Using other resources to can help you with your recovery journey
I am very lucky to know a lot of amazing and knowledgeable women in the South Bay. Each of them helped me recover and learn about how to handle my new body and new baby. I am mentioning them here because I actually used each and every one of these women and businesses and highly recommend them.
We’ve heard the saying, ladies, but its true… “It takes a village.” The more you lean on those who have learned and gone through the postpartum recovery process, the better!
BirthFit is a wonderful program to help Moms on the road to recovery from birth and even during the prenatal journey to prepare the body. The program focuses on functional movement inspired by the way a baby moves and develops their strength.
Katie is nutritionist who is an expert when it comes to women’s hormone health. She gave me advice on what supplements to take and how to eat to prepare my body for pregnancy. After meeting with her and seeing an acupuncturist, my cycle got back on track and I conceived quickly. Her advice really stuck with me (as I saw improvement in my energy, skin & mental clarity) and her tips helped me balance my hormones after giving birth as well.
Mom and Doula advice from Courtney Nicole Satow
Courtney is a good friend and also a Yoga instructor, Nutritionist, and Doula here in the South Bay. She gave me loads of amazing advice, but the one I remember most was her trick to unclog a milk duct and keep me from a dreaded case of Mastitis (its way TMI, so message me for this one 😉 ).
Before getting pregnant, I was on birth control for many, many years. Combining acupuncture with herb and vitamin supplements, I got my body back into my regular cycle in less than 2 months and was pregnant by the 3rd. Nuf said! I also saw her post-pregnancy for a “hormone reset” and it was simply amazing to lie on a bed for 45 minutes in the quiet by myself. Haha.
A few other tips and tools I’d recommend — having a Lactation Consultant on hand or finding a local lactation class or group, trying placenta encapsulation to help with preventing Postpartum Depression (and many other benefits!), and joining a Mommy and Me group as soon as you feel like starting to get out of the house. There is nothing better than knowing you’re not alone when you’re a sleep-deprived new Mom! Find more resources and start to create your village here.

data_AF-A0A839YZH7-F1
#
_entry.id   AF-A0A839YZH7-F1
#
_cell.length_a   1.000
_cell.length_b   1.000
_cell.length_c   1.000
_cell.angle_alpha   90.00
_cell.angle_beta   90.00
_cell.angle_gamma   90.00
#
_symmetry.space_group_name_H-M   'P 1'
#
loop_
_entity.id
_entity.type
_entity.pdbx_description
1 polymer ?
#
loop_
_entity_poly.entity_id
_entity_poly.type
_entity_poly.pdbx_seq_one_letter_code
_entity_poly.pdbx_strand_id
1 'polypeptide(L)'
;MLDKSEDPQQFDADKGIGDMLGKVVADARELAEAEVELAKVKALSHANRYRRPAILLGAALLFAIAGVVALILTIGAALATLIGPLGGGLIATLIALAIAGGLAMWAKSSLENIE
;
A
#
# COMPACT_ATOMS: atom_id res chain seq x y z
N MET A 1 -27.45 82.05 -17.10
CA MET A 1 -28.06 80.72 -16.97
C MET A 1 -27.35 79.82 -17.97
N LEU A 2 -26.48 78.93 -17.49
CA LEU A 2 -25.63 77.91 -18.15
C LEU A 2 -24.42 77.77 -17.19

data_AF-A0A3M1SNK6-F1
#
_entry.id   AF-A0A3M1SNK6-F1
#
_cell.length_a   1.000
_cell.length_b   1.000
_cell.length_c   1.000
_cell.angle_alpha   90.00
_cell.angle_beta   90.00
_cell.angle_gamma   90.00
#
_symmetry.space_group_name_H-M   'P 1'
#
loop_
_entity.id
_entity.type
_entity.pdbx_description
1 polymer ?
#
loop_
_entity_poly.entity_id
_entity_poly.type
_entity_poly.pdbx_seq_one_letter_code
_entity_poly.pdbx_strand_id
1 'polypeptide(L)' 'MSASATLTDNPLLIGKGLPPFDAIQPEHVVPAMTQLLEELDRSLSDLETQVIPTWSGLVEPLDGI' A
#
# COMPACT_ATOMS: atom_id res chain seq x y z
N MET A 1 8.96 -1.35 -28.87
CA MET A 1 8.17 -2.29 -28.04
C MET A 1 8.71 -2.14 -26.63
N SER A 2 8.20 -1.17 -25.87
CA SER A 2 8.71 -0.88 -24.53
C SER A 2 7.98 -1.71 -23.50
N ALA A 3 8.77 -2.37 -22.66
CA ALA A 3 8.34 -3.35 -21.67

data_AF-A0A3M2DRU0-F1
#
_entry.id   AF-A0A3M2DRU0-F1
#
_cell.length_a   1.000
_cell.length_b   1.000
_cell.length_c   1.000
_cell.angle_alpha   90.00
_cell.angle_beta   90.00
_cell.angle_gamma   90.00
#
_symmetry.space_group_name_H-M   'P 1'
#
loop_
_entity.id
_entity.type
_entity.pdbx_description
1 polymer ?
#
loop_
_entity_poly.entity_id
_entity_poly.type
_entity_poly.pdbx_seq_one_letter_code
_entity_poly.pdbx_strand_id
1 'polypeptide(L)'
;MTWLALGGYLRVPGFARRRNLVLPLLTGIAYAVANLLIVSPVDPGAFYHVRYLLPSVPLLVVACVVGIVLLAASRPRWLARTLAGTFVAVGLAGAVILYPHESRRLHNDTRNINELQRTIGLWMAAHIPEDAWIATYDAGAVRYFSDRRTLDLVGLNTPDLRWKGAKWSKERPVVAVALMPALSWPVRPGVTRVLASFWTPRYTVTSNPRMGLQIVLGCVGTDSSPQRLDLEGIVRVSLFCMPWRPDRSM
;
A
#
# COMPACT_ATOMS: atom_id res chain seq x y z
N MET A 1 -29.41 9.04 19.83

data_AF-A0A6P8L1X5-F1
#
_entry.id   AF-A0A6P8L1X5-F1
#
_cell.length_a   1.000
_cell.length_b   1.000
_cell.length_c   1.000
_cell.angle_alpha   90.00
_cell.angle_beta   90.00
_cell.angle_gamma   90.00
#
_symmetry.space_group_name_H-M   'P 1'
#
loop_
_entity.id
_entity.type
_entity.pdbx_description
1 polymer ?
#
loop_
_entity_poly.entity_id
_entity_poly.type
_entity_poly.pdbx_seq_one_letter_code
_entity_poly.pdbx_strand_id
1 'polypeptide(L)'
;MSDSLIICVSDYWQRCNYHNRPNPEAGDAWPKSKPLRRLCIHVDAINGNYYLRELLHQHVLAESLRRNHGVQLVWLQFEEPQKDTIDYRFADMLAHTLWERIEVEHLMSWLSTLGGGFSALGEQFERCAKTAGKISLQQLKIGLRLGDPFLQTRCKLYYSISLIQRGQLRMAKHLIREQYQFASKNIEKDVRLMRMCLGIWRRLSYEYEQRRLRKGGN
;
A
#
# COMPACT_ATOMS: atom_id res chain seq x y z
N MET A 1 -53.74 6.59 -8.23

Give yourself unlimited time and focus on wellbeing
Now, I know what you could be thinking- “This girl is a full-time fitness instructor- of course she is back in shape in 6 months!” This fact of course helps, but you need to remember that we are all on a different path. Its okay if it takes you 3 months or 3 years! But giving yourself the time and attention you deserve after birth is important for your health and especially, your wellbeing. Remember that.
One last thing I’d like to acknowledge here is that I NEVER had a deadline of any sort to get my “body back.” As an owner of a fitness studio, I could have easily put pressure on myself to get back in shape immediately or feel bad about myself until I did. But instead, I just took my time. I knew that with teaching workout classes and mindfully moving with modifications, I would get strong again. So, I decided to accept my body and feel amazing about the fact that I had created life and it’s okay if I didn’t look the same as before. And notice the quotation marks around “body back,” because ya NEVER. LOST. IT. What you do get is a new motivation to stay healthy, and that is sticking around a long time to be there for your little one. What you do get is a way to show your baby that self-care and self-love is important. This is what it’s all about! Feeling great from the inside out, so you can create memories and play right along side your kiddos after taking the time we need to recover properly. So, we can be our best selves for our family.
Shine on Moms… you got this!
Hillary Lewis is a former pro dancer turned Fitness Instructor. She co-owns Shine Studio in Redondo Beach and is a new Mom to baby Molly. Learn more here: www.shinestudiorb.com